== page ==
A Culture of Caring

March 20, 2024

We all want to feel supported at work, but sometimes the scope of that support isn't visible until we find ourselves in crisis.

Tyler Clark Headshot

By: Tyler Clark

Engineering Manager, Paylocity

March is Colorectal Cancer Month, and although I hadn't given it much consideration before, it's been at the forefront of my thoughts in recent months. When I got diagnosed with Stage 3 colon cancer in December 2023, it was a complete surprise. I hadn't detected any symptoms (which can include constipation, diarrhea, bloody stool, unexplained anemia, bloating and abdominal pain, and unexplained weight loss). At age 48, I also wasn't yet at the medically recommended age of 50 for getting screened. Then I learned I'd need to undergo months of radiation treatment and chemotherapy before they could operate due to the location of the tumor. Life suddenly looked quite different.

I started at Paylocity in 2020, at the onset of the Covid pandemic, having just been furloughed from a small consulting firm. I was looking for an employer who was big enough to offer stability and solid benefits, while not being so big that I'd feel like just a cog in the machine. I watched and listened with interest as our CEO and leadership team shared their strategy on biweekly, company-wide video calls, quickly pivoting to conserve cash and pare back spending in response to the uncertain economic climate. They emphasized the importance of each measure to the goal of No Layoffs, which was obviously reassuring for me.

During onboarding, I reviewed the list of benefits. Everyone gets employer-paid Short-Term Disability at 50% of their salary through Aflac. For just a few dollars per pay period, employees have the option of boosting that amount up to 67% or 75%. While I'm an optimistic guy at heart, I'm also a pragmatist, so I enrolled for the top amount "just in case" and because it was affordable. That turned out to be a smart choice. When I began medical leave this January, I only needed to spend a few days of earned Sick or PTO (Paid Time Off) and was able to cover the rest of as Short-Term Disability, which meant I would continue receiving paychecks at not much less than my regular take-home pay.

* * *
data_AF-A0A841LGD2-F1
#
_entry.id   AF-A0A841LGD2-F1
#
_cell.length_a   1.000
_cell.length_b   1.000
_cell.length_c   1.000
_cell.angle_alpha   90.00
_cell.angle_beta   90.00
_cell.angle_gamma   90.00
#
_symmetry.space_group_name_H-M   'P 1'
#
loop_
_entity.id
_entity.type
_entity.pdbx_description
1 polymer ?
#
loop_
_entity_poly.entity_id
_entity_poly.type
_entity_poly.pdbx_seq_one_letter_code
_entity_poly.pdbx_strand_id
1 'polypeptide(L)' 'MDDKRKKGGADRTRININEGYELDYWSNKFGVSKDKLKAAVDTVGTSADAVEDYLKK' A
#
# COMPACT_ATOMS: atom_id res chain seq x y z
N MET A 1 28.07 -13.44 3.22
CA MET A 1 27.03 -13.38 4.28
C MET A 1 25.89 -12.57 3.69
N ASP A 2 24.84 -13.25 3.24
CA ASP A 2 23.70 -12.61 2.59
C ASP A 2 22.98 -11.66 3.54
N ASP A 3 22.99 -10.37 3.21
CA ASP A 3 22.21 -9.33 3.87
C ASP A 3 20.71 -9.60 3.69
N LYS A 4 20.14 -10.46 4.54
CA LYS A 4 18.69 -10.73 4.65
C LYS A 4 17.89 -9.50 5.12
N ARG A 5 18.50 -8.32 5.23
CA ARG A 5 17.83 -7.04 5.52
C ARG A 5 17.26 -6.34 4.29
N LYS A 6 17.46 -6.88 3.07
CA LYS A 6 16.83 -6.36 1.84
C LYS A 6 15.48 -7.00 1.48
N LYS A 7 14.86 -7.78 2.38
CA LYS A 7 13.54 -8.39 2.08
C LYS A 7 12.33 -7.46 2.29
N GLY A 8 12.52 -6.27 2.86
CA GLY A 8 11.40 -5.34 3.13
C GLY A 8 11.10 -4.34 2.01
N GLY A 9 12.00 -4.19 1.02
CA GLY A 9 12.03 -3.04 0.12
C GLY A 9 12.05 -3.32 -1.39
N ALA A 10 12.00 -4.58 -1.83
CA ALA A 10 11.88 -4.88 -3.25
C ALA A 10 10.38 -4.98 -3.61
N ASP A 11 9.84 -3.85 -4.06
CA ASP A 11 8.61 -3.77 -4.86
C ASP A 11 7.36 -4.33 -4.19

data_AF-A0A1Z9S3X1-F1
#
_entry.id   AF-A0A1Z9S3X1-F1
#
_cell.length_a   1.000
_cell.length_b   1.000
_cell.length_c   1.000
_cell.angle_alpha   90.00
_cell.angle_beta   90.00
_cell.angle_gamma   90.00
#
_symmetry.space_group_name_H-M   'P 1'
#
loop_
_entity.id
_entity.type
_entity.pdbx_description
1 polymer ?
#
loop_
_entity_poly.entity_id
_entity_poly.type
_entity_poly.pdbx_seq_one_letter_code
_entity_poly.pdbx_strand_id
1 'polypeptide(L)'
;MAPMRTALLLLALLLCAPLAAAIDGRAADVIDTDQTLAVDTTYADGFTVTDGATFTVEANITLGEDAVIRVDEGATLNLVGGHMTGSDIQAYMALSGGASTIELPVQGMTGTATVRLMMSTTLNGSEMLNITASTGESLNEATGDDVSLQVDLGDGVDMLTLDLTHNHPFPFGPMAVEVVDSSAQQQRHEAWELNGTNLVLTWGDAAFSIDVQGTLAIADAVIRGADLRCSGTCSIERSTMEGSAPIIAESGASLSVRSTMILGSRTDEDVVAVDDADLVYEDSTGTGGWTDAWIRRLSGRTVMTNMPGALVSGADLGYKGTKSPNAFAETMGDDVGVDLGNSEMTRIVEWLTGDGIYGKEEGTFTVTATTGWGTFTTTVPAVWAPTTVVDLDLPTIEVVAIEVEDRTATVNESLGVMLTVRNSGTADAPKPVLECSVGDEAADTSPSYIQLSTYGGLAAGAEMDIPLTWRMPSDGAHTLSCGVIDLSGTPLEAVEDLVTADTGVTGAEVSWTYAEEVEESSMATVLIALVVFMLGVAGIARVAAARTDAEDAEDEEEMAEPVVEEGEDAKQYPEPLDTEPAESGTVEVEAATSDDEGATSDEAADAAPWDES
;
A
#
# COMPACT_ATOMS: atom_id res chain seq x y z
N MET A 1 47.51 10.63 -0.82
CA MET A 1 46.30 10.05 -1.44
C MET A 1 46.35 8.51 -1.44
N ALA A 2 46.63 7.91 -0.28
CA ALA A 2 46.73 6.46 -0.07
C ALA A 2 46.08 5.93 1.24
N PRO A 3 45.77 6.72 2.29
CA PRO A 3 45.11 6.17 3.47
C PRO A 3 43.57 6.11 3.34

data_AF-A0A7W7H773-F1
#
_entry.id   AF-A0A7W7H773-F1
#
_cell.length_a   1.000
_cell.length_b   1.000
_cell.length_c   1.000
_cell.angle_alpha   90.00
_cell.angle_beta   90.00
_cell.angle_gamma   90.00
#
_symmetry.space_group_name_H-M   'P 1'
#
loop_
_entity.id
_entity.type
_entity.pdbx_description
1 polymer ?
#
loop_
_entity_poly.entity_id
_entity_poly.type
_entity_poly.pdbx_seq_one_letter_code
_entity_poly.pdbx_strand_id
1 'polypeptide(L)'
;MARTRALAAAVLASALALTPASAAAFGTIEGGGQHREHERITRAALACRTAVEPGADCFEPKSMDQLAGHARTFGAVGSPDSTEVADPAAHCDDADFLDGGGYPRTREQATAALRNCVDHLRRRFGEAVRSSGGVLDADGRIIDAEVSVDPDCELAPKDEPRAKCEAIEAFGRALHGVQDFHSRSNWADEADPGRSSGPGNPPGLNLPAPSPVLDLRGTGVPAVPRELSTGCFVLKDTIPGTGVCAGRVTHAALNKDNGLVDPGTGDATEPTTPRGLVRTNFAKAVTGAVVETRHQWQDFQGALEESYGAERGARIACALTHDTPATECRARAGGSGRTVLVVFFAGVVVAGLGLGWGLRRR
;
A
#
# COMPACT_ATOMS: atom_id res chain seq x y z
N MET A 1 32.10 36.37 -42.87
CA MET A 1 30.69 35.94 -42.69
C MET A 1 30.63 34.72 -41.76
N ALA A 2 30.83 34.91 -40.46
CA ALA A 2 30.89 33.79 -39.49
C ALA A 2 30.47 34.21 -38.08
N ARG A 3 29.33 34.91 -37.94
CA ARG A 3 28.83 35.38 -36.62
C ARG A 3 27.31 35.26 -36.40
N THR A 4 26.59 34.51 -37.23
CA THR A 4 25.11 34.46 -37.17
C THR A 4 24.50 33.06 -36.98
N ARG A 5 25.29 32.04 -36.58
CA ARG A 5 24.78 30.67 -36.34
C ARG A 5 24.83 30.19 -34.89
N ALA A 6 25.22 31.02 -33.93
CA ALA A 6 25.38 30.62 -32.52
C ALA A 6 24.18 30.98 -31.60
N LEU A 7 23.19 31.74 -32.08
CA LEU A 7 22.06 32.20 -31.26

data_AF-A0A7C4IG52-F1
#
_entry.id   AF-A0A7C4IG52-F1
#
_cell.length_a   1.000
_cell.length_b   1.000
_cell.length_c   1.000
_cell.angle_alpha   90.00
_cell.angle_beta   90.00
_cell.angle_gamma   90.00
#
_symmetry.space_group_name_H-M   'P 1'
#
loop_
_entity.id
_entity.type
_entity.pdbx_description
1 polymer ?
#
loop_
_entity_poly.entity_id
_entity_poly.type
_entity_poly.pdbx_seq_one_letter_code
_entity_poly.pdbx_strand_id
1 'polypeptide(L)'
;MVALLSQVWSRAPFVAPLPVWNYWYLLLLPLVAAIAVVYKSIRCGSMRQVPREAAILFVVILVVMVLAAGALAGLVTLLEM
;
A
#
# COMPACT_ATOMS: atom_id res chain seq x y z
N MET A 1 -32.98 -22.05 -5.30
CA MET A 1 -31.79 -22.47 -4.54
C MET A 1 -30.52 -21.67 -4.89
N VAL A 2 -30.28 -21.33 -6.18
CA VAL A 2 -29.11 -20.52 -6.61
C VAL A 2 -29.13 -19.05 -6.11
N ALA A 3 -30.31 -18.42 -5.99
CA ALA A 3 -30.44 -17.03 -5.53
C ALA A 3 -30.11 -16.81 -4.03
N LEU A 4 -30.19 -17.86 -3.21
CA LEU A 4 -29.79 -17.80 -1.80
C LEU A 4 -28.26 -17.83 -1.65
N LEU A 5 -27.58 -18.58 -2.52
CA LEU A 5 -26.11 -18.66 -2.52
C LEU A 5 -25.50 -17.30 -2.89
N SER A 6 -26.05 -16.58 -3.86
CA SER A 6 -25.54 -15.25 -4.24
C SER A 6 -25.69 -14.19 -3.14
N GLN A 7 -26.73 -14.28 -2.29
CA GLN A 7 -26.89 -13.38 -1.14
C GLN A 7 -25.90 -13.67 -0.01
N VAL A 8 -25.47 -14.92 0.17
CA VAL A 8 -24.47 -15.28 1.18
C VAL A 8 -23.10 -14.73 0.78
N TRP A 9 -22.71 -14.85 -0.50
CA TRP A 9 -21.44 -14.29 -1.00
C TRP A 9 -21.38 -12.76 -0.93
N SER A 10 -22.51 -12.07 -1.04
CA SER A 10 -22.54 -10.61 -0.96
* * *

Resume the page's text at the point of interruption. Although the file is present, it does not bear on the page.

In mid-January, my surgeon called and said they took another look at my scans and determined the location of the tumor was high enough to go ahead and operate. (The procedure is officially “Laparoscopic Assisted Robotic Lower Anterior Resection” -- though when the admitting nurse asked me to confirm what I was there for, I just said "Rectal Robots".)

As I prepared to step away from the software engineering team I manage and into the hospital for surgery, my manager, Christopher Story, Associate Director, asked how he could help and assured me that my colleagues would be eager to show their support – perhaps through DoorDash or UberEats gift cards. Since we live on a lake in the woods of northern lower Michigan, we happen to be just out of the range of all delivery services, whether for meals or groceries. So, I let Chris know that we would gladly use gift cards for our grocery shopping at Aldi or Costco, and then crossed my fingers that we might get maybe $250. (I had just coordinated the collection of some gifts for a colleague with a new child, and that amount would have been in line with the few hundred we collected towards their baby registry.)